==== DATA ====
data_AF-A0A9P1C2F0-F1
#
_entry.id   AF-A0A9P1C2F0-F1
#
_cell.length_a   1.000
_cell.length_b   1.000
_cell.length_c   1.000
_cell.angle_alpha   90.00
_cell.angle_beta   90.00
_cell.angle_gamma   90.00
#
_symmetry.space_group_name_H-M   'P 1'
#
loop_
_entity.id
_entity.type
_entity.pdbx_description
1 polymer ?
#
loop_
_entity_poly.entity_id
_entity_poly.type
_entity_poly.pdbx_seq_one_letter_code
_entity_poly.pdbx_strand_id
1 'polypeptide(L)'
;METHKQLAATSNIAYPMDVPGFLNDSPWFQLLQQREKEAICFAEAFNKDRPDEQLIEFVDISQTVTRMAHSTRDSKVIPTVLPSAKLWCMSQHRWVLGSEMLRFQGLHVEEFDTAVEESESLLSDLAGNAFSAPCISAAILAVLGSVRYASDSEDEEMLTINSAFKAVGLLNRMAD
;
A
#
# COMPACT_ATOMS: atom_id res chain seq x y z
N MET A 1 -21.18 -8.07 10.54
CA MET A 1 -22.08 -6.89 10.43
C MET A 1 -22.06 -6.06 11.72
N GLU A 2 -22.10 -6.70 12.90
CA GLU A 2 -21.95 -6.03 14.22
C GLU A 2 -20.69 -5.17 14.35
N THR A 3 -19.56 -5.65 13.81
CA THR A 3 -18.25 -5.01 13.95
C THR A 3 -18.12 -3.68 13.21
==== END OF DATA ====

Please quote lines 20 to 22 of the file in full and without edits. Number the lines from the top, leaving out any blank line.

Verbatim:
loop_
_entity_poly.entity_id
_entity_poly.type